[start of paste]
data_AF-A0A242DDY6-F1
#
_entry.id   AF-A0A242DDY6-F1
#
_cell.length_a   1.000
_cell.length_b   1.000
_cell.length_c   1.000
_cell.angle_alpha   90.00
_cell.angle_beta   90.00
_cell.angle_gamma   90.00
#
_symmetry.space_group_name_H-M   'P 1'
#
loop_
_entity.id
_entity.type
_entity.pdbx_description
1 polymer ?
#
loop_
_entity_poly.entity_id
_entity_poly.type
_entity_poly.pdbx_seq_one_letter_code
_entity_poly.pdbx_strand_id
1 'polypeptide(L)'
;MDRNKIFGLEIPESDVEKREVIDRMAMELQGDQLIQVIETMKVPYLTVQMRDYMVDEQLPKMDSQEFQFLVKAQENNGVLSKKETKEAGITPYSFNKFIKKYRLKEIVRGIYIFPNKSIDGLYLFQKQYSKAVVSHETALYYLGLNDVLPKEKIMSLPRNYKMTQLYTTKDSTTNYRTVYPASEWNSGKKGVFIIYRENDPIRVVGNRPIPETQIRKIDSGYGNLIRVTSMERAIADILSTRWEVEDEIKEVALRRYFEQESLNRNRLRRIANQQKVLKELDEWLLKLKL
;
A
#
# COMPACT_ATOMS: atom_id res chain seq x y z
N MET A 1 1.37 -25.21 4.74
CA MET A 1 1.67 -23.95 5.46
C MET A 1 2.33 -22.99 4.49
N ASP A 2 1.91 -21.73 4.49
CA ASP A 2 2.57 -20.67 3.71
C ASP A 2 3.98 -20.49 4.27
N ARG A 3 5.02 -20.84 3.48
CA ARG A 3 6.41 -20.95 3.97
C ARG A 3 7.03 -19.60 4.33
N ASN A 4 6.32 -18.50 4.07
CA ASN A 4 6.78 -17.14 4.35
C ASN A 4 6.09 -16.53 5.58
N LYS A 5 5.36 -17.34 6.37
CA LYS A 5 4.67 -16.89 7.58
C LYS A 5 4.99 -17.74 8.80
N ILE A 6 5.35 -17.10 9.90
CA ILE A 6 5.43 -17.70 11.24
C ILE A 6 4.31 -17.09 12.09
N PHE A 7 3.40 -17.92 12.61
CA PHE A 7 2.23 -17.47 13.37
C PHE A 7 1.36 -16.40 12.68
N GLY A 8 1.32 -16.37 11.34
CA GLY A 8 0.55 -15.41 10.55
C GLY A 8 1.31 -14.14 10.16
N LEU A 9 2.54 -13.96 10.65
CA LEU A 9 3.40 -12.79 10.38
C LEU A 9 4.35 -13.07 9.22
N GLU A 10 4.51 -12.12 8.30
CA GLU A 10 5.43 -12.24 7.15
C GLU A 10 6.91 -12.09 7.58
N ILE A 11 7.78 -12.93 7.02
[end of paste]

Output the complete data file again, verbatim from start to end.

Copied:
data_AF-A0A242DDY6-F1
#
_entry.id   AF-A0A242DDY6-F1
#
_cell.length_a   1.000
_cell.length_b   1.000
_cell.length_c   1.000
_cell.angle_alpha   90.00
_cell.angle_beta   90.00
_cell.angle_gamma   90.00
#
_symmetry.space_group_name_H-M   'P 1'
#
loop_
_entity.id
_entity.type
_entity.pdbx_description
1 polymer ?
#
loop_
_entity_poly.entity_id
_entity_poly.type
_entity_poly.pdbx_seq_one_letter_code
_entity_poly.pdbx_strand_id
1 'polypeptide(L)'
;MDRNKIFGLEIPESDVEKREVIDRMAMELQGDQLIQVIETMKVPYLTVQMRDYMVDEQLPKMDSQEFQFLVKAQENNGVLSKKETKEAGITPYSFNKFIKKYRLKEIVRGIYIFPNKSIDGLYLFQKQYSKAVVSHETALYYLGLNDVLPKEKIMSLPRNYKMTQLYTTKDSTTNYRTVYPASEWNSGKKGVFIIYRENDPIRVVGNRPIPETQIRKIDSGYGNLIRVTSMERAIADILSTRWEVEDEIKEVALRRYFEQESLNRNRLRRIANQQKVLKELDEWLLKLKL
;
A
#
# COMPACT_ATOMS: atom_id res chain seq x y z
N MET A 1 1.37 -25.21 4.74
CA MET A 1 1.67 -23.95 5.46
C MET A 1 2.33 -22.99 4.49
N ASP A 2 1.91 -21.73 4.49
CA ASP A 2 2.57 -20.67 3.71
C ASP A 2 3.98 -20.49 4.27
N ARG A 3 5.02 -20.84 3.48
CA ARG A 3 6.41 -20.95 3.97
C ARG A 3 7.03 -19.60 4.33
N ASN A 4 6.32 -18.50 4.07
CA ASN A 4 6.78 -17.14 4.35
C ASN A 4 6.09 -16.53 5.58
N LYS A 5 5.36 -17.34 6.37
CA LYS A 5 4.67 -16.89 7.58
C LYS A 5 4.99 -17.74 8.80
N ILE A 6 5.35 -17.10 9.90
CA ILE A 6 5.43 -17.70 11.24
C ILE A 6 4.31 -17.09 12.09
N PHE A 7 3.40 -17.92 12.61
CA PHE A 7 2.23 -17.47 13.37
C PHE A 7 1.36 -16.40 12.68
N GLY A 8 1.32 -16.37 11.34
CA GLY A 8 0.55 -15.41 10.55
C GLY A 8 1.31 -14.14 10.16
N LEU A 9 2.54 -13.96 10.65
CA LEU A 9 3.40 -12.79 10.38
C LEU A 9 4.35 -13.07 9.22
N GLU A 10 4.51 -12.12 8.30
CA GLU A 10 5.43 -12.24 7.15
C GLU A 10 6.91 -12.09 7.58
N ILE A 11 7.78 -12.93 7.02